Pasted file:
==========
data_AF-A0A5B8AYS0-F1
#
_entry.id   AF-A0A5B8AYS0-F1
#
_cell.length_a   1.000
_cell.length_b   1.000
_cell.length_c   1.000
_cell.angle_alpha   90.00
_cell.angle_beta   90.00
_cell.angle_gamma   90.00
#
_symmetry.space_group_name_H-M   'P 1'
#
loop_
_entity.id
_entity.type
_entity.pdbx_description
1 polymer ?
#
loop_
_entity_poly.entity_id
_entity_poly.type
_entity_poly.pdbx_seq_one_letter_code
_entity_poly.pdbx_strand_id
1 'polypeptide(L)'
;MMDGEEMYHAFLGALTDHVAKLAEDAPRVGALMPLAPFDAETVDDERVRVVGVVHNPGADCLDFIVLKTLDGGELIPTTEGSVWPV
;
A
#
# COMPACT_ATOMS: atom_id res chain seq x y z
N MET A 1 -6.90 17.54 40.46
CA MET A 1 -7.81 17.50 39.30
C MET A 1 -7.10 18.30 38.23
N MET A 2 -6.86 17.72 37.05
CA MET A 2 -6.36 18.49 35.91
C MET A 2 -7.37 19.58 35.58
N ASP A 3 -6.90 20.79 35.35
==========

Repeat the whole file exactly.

data_AF-A0A5B8AYS0-F1
#
_entry.id   AF-A0A5B8AYS0-F1
#
_cell.length_a   1.000
_cell.length_b   1.000
_cell.length_c   1.000
_cell.angle_alpha   90.00
_cell.angle_beta   90.00
_cell.angle_gamma   90.00
#
_symmetry.space_group_name_H-M   'P 1'
#
loop_
_entity.id
_entity.type
_entity.pdbx_description
1 polymer ?
#
loop_
_entity_poly.entity_id
_entity_poly.type
_entity_poly.pdbx_seq_one_letter_code
_entity_poly.pdbx_strand_id
1 'polypeptide(L)'
;MMDGEEMYHAFLGALTDHVAKLAEDAPRVGALMPLAPFDAETVDDERVRVVGVVHNPGADCLDFIVLKTLDGGELIPTTEGSVWPV
;
A
#
# COMPACT_ATOMS: atom_id res chain seq x y z
N MET A 1 -6.90 17.54 40.46
CA MET A 1 -7.81 17.50 39.30
C MET A 1 -7.10 18.30 38.23
N MET A 2 -6.86 17.72 37.05
CA MET A 2 -6.36 18.49 35.91
C MET A 2 -7.37 19.58 35.58
N ASP A 3 -6.90 20.79 35.35